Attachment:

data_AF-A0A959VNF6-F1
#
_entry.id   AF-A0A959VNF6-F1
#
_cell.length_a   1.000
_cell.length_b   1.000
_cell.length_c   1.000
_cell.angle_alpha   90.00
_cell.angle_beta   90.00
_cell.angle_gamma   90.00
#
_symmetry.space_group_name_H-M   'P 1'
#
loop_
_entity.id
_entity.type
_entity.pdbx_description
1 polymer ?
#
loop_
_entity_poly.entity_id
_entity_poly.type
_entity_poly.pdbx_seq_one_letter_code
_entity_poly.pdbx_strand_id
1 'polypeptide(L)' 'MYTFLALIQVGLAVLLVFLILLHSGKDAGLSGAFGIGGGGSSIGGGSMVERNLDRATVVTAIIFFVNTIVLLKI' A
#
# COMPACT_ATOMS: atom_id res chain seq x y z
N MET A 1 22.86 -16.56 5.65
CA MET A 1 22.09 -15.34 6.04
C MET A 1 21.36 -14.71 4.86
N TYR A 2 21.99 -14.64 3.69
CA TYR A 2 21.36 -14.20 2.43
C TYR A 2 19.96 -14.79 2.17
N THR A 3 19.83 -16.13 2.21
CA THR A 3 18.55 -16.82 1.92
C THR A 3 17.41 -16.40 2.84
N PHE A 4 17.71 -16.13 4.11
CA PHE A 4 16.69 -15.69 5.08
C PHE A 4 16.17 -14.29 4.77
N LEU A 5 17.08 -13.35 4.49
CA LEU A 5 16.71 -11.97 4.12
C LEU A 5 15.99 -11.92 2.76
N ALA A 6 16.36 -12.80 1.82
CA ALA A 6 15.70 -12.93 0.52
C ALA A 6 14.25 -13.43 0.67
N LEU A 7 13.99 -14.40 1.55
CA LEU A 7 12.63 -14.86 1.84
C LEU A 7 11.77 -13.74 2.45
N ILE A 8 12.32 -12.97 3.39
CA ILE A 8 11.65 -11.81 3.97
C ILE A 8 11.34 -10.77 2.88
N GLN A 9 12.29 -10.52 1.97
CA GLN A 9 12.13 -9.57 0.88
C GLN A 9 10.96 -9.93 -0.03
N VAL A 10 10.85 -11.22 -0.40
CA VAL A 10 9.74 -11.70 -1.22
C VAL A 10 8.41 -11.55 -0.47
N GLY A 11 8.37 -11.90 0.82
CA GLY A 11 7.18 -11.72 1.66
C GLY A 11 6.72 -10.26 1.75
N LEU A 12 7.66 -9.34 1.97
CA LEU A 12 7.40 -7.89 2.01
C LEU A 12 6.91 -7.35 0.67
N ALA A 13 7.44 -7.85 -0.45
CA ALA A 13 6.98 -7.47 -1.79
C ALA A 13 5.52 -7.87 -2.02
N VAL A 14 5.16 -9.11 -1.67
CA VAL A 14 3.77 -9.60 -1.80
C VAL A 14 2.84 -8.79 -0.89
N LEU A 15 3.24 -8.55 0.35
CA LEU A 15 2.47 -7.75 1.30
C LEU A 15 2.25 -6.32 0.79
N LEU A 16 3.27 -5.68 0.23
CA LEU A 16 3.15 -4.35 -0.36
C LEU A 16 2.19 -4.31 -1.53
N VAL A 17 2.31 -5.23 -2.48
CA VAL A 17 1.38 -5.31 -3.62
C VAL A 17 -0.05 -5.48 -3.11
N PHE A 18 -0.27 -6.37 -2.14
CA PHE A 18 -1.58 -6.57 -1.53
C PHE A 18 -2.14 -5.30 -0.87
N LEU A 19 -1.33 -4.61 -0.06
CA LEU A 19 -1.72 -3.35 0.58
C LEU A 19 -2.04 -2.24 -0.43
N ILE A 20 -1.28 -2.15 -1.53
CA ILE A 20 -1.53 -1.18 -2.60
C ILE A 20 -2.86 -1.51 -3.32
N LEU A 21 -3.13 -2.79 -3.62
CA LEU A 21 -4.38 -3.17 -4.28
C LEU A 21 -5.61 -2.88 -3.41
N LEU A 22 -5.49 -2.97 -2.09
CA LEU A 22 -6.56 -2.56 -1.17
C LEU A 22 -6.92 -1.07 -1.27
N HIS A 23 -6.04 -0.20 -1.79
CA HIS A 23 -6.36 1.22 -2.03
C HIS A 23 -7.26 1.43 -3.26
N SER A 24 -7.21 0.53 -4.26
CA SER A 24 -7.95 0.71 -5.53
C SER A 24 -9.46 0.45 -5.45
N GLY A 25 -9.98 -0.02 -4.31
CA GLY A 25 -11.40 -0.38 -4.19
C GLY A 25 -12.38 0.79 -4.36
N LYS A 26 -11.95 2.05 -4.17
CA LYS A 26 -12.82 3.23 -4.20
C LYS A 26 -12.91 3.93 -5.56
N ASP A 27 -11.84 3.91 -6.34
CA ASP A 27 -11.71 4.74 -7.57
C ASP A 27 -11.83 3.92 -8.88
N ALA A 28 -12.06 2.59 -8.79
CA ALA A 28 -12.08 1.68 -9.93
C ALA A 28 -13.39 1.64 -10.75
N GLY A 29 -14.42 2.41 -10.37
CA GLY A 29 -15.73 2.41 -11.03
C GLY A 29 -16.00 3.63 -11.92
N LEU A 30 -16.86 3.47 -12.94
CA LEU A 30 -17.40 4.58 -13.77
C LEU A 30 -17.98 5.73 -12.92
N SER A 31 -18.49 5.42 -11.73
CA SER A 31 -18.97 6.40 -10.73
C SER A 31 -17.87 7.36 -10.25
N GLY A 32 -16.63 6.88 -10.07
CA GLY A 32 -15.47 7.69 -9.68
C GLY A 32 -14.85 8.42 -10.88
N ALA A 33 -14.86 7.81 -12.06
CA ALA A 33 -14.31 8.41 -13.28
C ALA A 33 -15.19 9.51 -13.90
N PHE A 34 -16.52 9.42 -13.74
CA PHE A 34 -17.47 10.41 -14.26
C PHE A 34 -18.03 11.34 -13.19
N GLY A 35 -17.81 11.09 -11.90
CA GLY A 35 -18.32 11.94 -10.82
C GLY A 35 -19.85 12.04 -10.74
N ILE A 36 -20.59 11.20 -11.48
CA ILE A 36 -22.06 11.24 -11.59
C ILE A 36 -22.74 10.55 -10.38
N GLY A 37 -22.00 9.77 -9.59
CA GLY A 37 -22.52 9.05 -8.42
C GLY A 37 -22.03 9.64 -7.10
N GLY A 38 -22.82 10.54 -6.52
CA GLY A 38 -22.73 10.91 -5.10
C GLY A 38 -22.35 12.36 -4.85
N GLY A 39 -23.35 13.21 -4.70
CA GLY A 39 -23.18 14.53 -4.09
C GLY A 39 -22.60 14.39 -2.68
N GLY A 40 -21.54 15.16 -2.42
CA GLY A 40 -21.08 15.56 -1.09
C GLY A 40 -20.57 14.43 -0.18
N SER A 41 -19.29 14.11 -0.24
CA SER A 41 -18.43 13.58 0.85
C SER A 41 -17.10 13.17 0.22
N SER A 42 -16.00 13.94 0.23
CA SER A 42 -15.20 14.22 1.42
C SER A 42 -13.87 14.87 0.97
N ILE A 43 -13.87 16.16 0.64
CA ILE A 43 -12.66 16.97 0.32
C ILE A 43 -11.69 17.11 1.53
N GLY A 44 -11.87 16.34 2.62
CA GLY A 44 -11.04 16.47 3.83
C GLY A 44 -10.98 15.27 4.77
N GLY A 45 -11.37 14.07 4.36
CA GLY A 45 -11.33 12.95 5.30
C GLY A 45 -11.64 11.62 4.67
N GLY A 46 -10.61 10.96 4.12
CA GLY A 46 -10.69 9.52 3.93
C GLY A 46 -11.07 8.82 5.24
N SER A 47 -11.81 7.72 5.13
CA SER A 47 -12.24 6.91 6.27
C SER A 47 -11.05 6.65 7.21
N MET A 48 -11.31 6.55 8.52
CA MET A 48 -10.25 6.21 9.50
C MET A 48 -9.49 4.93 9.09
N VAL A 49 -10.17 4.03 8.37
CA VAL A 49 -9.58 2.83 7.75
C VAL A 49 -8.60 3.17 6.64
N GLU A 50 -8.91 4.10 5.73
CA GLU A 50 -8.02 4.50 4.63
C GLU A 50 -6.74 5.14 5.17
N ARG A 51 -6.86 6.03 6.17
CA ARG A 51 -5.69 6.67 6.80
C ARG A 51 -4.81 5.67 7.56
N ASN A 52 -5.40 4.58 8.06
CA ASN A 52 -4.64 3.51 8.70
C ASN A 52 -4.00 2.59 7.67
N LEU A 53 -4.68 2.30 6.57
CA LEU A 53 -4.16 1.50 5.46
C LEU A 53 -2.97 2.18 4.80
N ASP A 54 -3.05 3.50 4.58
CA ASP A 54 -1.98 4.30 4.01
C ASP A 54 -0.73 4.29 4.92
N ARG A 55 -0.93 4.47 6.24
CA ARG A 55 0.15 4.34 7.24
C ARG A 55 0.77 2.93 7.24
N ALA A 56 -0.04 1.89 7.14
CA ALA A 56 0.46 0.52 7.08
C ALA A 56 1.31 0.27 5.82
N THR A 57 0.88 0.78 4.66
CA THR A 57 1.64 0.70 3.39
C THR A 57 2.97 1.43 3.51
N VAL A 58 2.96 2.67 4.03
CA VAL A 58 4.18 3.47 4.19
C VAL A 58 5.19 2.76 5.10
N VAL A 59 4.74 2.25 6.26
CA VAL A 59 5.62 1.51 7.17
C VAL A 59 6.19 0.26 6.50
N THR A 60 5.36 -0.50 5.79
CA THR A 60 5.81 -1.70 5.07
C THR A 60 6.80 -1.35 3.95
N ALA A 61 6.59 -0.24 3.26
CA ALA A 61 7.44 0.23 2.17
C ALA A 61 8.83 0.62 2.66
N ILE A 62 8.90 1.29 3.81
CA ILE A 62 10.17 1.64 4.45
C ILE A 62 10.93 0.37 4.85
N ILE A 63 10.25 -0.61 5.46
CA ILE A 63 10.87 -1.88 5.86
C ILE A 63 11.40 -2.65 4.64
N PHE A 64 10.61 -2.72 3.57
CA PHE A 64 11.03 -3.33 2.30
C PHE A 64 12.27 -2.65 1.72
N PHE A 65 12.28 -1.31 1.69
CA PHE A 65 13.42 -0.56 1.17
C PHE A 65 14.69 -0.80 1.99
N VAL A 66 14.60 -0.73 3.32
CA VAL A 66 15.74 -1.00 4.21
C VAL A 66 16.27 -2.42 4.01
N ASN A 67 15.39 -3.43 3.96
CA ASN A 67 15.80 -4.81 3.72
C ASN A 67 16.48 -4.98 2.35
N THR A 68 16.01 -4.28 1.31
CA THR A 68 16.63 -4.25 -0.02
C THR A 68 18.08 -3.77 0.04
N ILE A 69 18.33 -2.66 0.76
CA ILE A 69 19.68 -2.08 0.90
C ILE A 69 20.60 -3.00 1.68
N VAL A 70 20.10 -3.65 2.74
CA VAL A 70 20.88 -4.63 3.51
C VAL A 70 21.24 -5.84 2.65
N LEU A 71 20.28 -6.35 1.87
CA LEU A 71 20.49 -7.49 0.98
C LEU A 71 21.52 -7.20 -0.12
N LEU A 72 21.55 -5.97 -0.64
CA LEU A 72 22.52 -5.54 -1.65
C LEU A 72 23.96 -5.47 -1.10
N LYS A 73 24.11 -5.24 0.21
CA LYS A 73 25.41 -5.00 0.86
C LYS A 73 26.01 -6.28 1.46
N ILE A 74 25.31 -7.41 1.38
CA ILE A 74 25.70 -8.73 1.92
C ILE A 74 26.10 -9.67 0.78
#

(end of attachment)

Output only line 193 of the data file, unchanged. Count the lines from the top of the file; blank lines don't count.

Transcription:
N ALA A 56 -0.04 1.89 7.14